Court Sentences Former Employees of Ypsilanti Internet Café to Community Service

Jessica Aletor
By:
Jessica Aletor
23/11/2023/
Legal
Michigan Casino News

Highlights

  • In April, a Romulus senior citizen, Connie Durham was sentenced to 50 hours of community service and a one-year probation for illegal gambling activity.
  • Six months later, the former cohorts of Durham have also now been sentenced to community service and instructed to pay fines.
  • This marks the legal end of a case that started with a raid on a Ypsilanti Township café in 2022 and led to the confiscation of dozens of devices.

The Michigan Gaming Control Board has secured yet another landmark conviction of suspected unlicensed gaming operators as part of its crackdown on illegal gambling in the state. This time, the colleagues of the Ypsilanti Gamblin’ Granny who got sentenced to community service in April have also earned themselves a similar sentence.

About six months ago, all of these four individuals were charged with at least one felony count and one high court misdemeanor each, both relating to illegal gambling operations. Now, a Washtenaw County Circuit Court sitting in Ann Arbor has found the employees guilty as charged.

43-Year-Old Defendant Earns One Year Probation in Addition to Fines 

This case started with a joint raid conducted by the MGCB, the office of the Michigan Attorney General and the Michigan State Police on an internet café back in 2022. The location which was later revealed as Stony Creek Internet Café operates out of 2040 Whittaker Road in Ypsilanti Township. Authorities reported seizing 37 gaming machines, $6,012 in cash and gift cards as well as multiple computers.

In the aftermath, four employees and Connie Durham, the mastermind of the operation, were charged on felony and misdemeanor charges. Two of the four defendants were senior citizens, above the age of 60 while the other two were aged 36 and 43. The names of the defendants are Cecil Roberson, Angela Amperez-Lopez, Beverly Weatherspoon and Timothy Reardon, all of whom pleaded guilty to their respective charges.

However, while the first three were sentenced to community service and instructed to pay fines, Reardon who faced the same charges as the Ypsilanti Gamblin’ Granny was sentenced to one year of probation and ordered to pay additional fines.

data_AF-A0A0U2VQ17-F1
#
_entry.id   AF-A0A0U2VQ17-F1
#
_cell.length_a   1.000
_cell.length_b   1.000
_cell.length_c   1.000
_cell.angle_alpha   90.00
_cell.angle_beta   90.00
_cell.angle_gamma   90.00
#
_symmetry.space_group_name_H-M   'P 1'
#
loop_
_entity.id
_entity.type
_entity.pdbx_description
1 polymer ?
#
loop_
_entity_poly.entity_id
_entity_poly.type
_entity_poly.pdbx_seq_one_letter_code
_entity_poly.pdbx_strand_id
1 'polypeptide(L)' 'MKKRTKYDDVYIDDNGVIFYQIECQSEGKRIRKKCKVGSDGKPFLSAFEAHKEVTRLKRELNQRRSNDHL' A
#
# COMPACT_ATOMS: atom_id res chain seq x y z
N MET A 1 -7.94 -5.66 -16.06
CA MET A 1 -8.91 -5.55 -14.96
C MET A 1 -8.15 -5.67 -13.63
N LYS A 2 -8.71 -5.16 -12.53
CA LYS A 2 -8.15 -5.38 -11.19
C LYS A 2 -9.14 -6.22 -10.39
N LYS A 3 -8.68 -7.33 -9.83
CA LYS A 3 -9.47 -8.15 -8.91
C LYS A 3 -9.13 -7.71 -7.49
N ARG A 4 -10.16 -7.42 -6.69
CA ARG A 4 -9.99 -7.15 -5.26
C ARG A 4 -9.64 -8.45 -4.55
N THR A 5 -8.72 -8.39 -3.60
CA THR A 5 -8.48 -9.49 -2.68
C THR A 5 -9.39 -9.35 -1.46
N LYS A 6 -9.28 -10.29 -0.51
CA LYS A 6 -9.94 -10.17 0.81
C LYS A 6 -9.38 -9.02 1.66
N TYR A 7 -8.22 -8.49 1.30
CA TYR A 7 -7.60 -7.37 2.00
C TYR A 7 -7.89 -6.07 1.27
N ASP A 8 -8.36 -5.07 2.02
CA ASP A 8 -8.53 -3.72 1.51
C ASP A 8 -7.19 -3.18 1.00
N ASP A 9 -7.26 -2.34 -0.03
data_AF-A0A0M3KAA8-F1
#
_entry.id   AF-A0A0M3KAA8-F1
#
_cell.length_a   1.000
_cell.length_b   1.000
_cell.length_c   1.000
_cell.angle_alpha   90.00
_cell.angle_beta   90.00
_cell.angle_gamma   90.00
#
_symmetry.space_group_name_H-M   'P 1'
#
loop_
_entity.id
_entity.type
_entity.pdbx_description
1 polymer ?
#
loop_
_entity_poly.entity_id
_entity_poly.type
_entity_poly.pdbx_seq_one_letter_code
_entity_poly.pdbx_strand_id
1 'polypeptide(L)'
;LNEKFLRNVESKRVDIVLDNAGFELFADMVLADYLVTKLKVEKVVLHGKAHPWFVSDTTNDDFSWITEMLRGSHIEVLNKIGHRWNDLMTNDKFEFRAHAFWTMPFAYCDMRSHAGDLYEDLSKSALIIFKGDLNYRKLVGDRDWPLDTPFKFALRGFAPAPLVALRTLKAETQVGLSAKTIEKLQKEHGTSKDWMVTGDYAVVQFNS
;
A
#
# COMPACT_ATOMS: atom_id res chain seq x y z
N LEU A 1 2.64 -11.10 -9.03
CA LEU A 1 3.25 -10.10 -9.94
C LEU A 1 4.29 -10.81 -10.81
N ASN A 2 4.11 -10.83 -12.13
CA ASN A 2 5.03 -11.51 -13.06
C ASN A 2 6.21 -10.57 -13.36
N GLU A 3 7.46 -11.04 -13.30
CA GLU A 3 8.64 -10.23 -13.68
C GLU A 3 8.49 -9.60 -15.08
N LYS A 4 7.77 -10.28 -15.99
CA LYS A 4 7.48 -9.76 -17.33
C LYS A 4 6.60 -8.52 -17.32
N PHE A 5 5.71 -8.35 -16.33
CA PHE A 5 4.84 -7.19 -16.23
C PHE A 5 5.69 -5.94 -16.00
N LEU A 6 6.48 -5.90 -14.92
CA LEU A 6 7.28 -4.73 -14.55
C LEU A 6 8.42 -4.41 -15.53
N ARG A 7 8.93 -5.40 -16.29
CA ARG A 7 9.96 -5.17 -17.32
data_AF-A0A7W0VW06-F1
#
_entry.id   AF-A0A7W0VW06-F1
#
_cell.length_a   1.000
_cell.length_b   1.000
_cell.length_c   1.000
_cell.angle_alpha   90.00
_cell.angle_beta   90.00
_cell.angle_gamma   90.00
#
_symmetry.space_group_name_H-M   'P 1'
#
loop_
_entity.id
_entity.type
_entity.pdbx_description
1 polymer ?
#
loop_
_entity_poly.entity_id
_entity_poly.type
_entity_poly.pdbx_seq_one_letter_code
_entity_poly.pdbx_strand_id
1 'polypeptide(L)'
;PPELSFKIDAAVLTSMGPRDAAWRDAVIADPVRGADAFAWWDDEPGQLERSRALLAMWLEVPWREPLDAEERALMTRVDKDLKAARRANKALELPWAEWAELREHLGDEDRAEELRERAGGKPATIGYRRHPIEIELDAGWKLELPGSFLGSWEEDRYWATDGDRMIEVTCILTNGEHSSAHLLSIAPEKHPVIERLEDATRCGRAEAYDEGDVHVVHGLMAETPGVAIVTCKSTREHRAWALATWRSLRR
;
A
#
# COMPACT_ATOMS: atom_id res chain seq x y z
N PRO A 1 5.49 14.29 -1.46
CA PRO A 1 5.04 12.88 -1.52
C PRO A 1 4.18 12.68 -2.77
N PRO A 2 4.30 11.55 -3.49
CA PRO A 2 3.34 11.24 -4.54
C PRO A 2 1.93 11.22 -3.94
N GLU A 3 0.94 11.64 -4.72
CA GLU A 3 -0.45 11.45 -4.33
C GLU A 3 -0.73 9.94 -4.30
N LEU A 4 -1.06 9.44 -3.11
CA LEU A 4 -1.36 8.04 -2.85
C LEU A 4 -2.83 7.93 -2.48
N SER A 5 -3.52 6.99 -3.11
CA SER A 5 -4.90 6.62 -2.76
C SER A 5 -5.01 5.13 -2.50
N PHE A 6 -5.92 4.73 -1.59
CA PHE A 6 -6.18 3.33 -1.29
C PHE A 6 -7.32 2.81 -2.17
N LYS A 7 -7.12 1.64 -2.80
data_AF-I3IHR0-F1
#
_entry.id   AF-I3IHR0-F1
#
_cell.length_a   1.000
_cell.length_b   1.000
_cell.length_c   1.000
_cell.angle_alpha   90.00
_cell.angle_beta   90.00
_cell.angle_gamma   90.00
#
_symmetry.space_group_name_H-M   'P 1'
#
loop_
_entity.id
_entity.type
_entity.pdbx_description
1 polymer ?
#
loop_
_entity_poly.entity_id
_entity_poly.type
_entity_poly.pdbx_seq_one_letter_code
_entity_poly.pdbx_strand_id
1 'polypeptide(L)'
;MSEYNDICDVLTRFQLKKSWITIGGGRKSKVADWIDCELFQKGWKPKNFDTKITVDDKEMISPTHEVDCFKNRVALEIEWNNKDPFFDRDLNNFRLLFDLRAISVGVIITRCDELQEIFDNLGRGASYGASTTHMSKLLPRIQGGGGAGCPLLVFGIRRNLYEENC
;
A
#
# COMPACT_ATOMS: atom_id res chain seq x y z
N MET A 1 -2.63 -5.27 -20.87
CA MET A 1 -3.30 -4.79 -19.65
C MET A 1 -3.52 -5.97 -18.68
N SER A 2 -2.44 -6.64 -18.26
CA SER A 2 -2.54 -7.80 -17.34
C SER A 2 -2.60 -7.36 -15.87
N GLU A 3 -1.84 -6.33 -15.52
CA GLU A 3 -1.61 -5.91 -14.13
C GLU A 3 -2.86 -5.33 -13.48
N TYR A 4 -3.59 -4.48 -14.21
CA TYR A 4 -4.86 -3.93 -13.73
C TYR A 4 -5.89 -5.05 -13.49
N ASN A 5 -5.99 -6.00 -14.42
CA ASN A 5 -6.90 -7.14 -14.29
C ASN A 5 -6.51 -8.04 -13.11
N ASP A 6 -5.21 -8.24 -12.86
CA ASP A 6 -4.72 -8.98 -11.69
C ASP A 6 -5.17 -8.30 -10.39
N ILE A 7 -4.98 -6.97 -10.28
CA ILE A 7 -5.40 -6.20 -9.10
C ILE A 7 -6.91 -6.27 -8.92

The sentences were handed down on October 23 and November 14. Here’s a breakdown of who got what.

  • Cecil Roberson, aged 77, was sentenced to community service and ordered to pay $125 in fines and court costs after pleading guilty to a high court misdemeanor.
  • Angela Amperez-Lopez, aged 36, was sentenced to community service and ordered to pay $198 in fines and court costs after also pleading guilty to a high court misdemeanor.
  • Beverly Weatherspoon, aged 67, was sentenced to community service and instructed to pay $198 in fines and court costs after also pleading guilty to a high court misdemeanor.
  • Timothy Reardon, aged 43, was sentenced to one year of probation and ordered to pay $198 in fines and court costs after pleading guilty to a one felony count of attempted gambling operations.

Attorney General Nessel Restates Commitment to Compliance with Business Regulations 

The MGCB chief executive and the Michigan Attorney General have continued to record success from their collaborative efforts at stamping out illegal gambling.

“[Illegal gaming] activities undermine the regulated industry that promotes safe, responsible gaming and perpetuate a host of societal problems. The Michigan Gaming Control Board will continue to enforce established laws and send the message that illegal gambling will not be tolerated in the state of Michigan,” MGCB Executive Director Henry Williams said in a press release.

This year has been a significant leap for Michigan authorities as they have secured multiple convictions and seized items or cash running into hundreds of thousands of dollars. Recognizing that illegal gambling hurts legitimate business and licensed Michigan online casinos or sportsbooks, Attorney General Nessel is keen on maintaining regular business rules.

“My department remains committed to upholding Michigan’s business rules and regulations, and that includes our state’s gambling laws,” said Michigan Attorney General Dana Nessel. “I appreciate our partnership with the Michigan Gaming Control Board, and for their hard work in combating these illegal operations which divert taxes and revenue from our communities.”

Michigan Residents Further Urged to Report Suspicious Gaming Activity 

Both the MGCB and the Michigan Attorney General’s Office have encouraged Michigan residents to be on the lookout for any suspicious gambling activity. Ultimately, unregulated gambling hurts Michigan residents, either by making unsuspecting players susceptible to fraud or diverting important revenue used for social projects. So, it is important that citizens contribute meaningfully to the ongoing war against illegal gambling activity.

You can report alleged illegal gambling by contacting the MGCB at 1-888-314-2682 or sending a message to [email protected].

Jessica is a news contributor to Gamble Online Michigan. She holds a Bachelor's degree in Economics but has over three years of experience working in the hospitality and gambling industry. Despite her core finance and investment banking background, she has been a casino feature writer for N1 Interactive Limited and multiple gambling affiliate sites. Her work has been featured on the bet365 blog, casino.zone and Max Force Racing. She spends her time between Michigan and California, staying up-to-date on the latest industry developments